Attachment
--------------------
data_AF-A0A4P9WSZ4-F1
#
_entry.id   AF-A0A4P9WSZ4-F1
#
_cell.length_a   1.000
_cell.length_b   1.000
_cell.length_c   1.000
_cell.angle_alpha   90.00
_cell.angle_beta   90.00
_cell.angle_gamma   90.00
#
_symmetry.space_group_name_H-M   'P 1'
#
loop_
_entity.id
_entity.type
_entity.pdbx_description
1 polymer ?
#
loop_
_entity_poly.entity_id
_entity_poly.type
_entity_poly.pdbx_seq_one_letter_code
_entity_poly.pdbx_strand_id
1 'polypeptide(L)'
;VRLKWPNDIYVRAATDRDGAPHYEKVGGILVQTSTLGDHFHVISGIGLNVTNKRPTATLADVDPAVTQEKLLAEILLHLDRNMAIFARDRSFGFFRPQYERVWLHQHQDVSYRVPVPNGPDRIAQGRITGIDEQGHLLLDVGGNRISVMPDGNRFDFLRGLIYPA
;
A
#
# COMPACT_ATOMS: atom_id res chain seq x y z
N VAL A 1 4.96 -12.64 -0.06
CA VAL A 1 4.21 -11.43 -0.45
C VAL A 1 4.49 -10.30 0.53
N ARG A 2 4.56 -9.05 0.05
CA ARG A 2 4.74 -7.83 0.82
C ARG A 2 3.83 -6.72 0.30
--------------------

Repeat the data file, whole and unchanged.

data_AF-A0A4P9WSZ4-F1
#
_entry.id   AF-A0A4P9WSZ4-F1
#
_cell.length_a   1.000
_cell.length_b   1.000
_cell.length_c   1.000
_cell.angle_alpha   90.00
_cell.angle_beta   90.00
_cell.angle_gamma   90.00
#
_symmetry.space_group_name_H-M   'P 1'
#
loop_
_entity.id
_entity.type
_entity.pdbx_description
1 polymer ?
#
loop_
_entity_poly.entity_id
_entity_poly.type
_entity_poly.pdbx_seq_one_letter_code
_entity_poly.pdbx_strand_id
1 'polypeptide(L)'
;VRLKWPNDIYVRAATDRDGAPHYEKVGGILVQTSTLGDHFHVISGIGLNVTNKRPTATLADVDPAVTQEKLLAEILLHLDRNMAIFARDRSFGFFRPQYERVWLHQHQDVSYRVPVPNGPDRIAQGRITGIDEQGHLLLDVGGNRISVMPDGNRFDFLRGLIYPA
;
A
#
# COMPACT_ATOMS: atom_id res chain seq x y z
N VAL A 1 4.96 -12.64 -0.06
CA VAL A 1 4.21 -11.43 -0.45
C VAL A 1 4.49 -10.30 0.53
N ARG A 2 4.56 -9.05 0.05
CA ARG A 2 4.74 -7.83 0.82
C ARG A 2 3.83 -6.72 0.30